Kate Krader (@kkrader on Twitter) is Food & Wine's restaurant editor. When she tells us where to find our culinary heart's desire, we listen up.
Finally, we’re down to two teams for Super Bowl XLVII, to be held February 3 in New Orleans. It’s the Baltimore Ravens up against the San Francisco 49ers. It’s the Harbaugh Bowl: Ravens coach John Harbaugh versus his brother, 49ers coach Jim Harbaugh.
“I’m not going to eat the purslane,” my friend Amy announced as we collected our CSA shares. “I grew up weeding that ^%$#.”
My CSA often coughs up veggies and greens you don’t usually see in the supermarket, but until Amy foisted her purslane share on me, I hadn’t realized the haul would include actual weeds.
Amy, who comes from rural Colorado, says she used to spend hours each week as a kid hunting down purslane shoots and fighting their attempts to take over her family’s vegetable patch. The USDA classifies it as “invasive and noxious.” Google its official name, “portulaca oleracea,” and you’ll get a long list of advice on killing it; Google “purslane” and you get tips for cooking it.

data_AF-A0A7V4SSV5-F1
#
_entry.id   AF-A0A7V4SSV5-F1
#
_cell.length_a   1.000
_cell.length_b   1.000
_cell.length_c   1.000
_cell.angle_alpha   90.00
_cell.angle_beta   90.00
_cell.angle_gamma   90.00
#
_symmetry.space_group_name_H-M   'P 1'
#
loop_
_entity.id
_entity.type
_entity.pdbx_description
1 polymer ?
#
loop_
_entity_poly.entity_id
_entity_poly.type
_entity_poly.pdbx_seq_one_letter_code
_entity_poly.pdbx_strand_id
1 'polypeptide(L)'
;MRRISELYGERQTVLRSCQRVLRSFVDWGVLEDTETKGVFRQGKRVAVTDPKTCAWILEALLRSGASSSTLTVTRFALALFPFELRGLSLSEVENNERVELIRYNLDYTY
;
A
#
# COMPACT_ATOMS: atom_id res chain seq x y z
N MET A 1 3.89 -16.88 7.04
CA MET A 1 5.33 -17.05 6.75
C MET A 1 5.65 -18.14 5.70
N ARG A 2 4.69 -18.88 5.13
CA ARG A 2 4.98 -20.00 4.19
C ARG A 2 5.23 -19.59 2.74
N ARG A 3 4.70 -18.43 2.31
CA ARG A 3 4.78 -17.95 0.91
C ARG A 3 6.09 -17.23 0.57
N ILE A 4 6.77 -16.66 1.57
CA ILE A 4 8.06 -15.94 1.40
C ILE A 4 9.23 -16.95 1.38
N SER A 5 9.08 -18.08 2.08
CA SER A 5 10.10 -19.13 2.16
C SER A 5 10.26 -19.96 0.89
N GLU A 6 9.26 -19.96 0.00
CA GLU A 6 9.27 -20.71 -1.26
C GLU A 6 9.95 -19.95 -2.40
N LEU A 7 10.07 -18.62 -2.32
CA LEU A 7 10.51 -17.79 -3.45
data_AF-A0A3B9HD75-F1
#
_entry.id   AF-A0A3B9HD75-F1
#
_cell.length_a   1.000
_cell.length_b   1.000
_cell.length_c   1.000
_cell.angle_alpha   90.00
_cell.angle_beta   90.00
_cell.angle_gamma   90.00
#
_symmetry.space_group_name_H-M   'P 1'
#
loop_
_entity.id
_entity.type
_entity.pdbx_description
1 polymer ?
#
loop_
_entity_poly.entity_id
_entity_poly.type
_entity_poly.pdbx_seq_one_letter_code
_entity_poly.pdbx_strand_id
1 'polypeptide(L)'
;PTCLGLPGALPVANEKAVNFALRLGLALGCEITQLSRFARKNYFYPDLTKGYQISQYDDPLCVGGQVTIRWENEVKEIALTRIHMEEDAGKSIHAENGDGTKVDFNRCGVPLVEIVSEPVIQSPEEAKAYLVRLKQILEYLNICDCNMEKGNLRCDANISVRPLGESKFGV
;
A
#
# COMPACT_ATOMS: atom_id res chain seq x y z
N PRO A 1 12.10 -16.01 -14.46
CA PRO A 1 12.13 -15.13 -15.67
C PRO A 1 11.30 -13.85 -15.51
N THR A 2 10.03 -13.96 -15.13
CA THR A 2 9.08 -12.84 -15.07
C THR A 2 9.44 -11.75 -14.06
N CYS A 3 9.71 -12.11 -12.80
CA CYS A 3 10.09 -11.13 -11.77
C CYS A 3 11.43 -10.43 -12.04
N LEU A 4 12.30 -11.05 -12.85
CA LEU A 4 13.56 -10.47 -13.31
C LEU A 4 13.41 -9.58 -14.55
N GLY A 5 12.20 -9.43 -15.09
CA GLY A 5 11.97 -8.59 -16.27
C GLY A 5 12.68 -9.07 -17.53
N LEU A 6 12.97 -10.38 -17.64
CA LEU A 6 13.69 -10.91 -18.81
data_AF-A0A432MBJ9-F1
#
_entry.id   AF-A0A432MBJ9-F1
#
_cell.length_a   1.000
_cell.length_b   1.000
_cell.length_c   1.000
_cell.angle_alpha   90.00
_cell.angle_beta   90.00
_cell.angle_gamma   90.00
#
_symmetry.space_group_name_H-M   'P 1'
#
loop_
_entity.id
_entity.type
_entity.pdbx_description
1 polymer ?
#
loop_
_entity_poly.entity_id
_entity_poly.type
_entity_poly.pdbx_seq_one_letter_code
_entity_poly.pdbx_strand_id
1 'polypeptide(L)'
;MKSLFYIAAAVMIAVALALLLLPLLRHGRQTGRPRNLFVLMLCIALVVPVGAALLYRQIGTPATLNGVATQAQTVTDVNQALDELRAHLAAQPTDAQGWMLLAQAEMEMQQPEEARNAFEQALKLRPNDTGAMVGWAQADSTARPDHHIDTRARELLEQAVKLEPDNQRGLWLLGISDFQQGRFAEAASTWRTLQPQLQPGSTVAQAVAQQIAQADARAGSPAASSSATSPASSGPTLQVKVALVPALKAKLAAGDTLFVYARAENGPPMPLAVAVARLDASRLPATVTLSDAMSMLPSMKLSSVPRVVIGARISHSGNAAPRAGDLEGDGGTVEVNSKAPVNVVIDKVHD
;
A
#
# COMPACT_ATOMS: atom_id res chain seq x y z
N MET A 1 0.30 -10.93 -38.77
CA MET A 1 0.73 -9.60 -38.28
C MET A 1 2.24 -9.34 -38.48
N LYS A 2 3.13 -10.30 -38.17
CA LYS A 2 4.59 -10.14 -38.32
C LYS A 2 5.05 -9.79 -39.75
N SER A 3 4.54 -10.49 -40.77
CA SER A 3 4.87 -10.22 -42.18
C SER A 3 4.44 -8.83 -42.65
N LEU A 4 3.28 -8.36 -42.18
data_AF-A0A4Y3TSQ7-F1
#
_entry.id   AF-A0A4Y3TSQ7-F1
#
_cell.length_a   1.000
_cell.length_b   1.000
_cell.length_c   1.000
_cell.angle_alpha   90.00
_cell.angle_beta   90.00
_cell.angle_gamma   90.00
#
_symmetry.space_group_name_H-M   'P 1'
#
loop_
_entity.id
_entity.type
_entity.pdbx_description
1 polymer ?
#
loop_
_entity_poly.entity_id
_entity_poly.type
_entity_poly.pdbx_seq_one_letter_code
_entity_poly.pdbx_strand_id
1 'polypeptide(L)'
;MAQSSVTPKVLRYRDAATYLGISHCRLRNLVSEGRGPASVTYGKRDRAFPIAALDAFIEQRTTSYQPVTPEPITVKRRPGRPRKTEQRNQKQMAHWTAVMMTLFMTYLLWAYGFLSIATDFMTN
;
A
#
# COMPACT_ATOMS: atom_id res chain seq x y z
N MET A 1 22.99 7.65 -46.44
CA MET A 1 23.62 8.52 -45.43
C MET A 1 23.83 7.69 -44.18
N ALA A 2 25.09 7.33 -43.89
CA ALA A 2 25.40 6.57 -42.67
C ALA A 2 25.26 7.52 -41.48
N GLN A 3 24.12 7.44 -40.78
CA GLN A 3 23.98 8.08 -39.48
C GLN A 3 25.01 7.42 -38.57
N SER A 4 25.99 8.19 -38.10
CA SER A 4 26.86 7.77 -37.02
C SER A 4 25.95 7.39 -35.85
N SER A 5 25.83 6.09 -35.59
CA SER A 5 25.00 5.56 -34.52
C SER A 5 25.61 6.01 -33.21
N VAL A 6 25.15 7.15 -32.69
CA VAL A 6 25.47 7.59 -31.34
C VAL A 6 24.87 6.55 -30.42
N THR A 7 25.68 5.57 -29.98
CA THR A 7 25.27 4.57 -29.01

5@5 is a daily, food-related list from chefs, writers, political pundits, musicians, actors, and all manner of opinionated people from around the globe.
For Logan Cox, there is food all around you.
The executive chef of Ripple in Washington, DC, says take a look at the ground and most of it is available for your consumption - so don't be afraid to dig in.
"All of these items should be thoroughly washed in cold water two or three times before using. Avoid lawns or places that use chemicals," says Cox.
"The more brush, the better. If foraging in wild places, bring a book, guide, or a smart phone that has the Google Goggles App to confirm what you find. "
Five Lesser Known Edible Items To Find in Backyards or Nearby Wooded Areas: Logan Cox
Ray Isle (@islewine on Twitter) is Food & Wine's executive wine editor. We trust his every cork pop and decant – and the man can sniff out a bargain to boot. Take it away, Ray.
The sun is out, the gentle breezes are blowing, the gardens and the fields are burgeoning with new green leaves, and so now is the time to eat them. As a fairly carnivorous person, I tend to feel that if I’m going to be eating a salad, I might as well have some wine with it, just to give the whole enterprise some sort of point. To that end, here are a few thoughts about pairing wines with salads.